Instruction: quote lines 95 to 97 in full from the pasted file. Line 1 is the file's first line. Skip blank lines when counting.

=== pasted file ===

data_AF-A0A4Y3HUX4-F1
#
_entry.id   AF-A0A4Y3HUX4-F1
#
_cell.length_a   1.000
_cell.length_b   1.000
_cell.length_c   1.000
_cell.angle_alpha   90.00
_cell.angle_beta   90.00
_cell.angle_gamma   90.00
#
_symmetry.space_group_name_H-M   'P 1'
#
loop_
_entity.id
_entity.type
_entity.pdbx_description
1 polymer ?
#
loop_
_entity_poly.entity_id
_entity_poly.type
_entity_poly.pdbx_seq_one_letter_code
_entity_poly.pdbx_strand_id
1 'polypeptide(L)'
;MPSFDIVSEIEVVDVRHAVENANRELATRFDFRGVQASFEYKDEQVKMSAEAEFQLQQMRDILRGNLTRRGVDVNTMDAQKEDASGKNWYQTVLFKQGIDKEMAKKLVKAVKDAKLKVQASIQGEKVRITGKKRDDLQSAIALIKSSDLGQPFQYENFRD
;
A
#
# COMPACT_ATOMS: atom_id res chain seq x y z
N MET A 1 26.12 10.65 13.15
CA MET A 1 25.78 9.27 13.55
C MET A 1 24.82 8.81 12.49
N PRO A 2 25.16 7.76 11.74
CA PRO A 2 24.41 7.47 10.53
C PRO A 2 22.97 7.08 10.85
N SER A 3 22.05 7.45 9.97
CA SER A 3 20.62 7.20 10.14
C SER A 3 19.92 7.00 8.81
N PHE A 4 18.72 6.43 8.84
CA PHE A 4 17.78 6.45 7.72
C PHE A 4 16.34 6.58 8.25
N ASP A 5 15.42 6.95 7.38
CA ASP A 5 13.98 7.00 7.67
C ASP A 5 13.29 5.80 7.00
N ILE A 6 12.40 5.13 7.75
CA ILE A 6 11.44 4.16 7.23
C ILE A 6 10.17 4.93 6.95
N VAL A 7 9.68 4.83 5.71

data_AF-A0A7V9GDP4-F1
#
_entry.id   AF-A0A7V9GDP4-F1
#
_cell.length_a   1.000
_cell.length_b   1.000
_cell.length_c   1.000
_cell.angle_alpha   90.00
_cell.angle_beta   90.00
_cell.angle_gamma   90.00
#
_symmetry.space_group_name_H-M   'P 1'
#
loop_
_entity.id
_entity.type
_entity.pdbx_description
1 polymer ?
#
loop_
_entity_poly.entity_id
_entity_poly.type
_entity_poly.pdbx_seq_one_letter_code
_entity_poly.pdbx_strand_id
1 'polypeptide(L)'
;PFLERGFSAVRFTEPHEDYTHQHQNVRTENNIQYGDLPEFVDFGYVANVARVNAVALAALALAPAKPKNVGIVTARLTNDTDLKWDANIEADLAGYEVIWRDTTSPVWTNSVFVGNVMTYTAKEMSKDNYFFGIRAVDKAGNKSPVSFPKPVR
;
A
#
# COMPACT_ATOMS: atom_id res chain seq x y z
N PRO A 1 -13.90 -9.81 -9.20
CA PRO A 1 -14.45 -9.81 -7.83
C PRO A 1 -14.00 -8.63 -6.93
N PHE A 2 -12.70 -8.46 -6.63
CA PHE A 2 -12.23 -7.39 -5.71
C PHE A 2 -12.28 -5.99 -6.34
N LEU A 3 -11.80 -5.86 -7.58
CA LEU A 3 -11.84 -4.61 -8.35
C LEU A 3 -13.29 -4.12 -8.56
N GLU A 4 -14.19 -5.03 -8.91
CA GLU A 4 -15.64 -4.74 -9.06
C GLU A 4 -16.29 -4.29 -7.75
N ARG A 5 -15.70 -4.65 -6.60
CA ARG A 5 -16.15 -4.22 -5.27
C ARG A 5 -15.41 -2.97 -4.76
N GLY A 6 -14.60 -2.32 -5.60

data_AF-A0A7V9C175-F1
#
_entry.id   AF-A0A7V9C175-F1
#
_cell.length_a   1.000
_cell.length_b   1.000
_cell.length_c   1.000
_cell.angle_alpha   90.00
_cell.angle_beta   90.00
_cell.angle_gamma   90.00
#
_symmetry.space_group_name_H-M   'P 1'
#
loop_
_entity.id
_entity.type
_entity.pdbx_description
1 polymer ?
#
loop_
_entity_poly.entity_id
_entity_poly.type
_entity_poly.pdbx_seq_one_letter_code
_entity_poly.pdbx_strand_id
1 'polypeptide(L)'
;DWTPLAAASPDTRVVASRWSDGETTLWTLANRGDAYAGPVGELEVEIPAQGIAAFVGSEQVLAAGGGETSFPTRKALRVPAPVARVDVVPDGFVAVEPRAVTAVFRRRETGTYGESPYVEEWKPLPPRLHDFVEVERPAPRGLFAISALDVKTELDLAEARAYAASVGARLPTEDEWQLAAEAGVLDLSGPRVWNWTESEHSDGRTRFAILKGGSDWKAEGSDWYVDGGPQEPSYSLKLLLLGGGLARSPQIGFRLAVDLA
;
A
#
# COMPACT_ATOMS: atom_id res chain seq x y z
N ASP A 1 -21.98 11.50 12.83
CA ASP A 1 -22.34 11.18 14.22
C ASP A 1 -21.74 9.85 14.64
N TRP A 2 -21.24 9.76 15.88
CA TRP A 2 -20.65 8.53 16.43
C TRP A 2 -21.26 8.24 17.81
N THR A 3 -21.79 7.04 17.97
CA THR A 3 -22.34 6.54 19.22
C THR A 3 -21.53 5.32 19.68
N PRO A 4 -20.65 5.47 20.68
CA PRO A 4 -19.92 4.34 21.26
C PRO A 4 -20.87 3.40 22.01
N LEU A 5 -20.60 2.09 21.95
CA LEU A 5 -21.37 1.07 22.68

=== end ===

N GLY A 6 -14.60 -2.32 -5.60

data_AF-A0A7V9C175-F1
#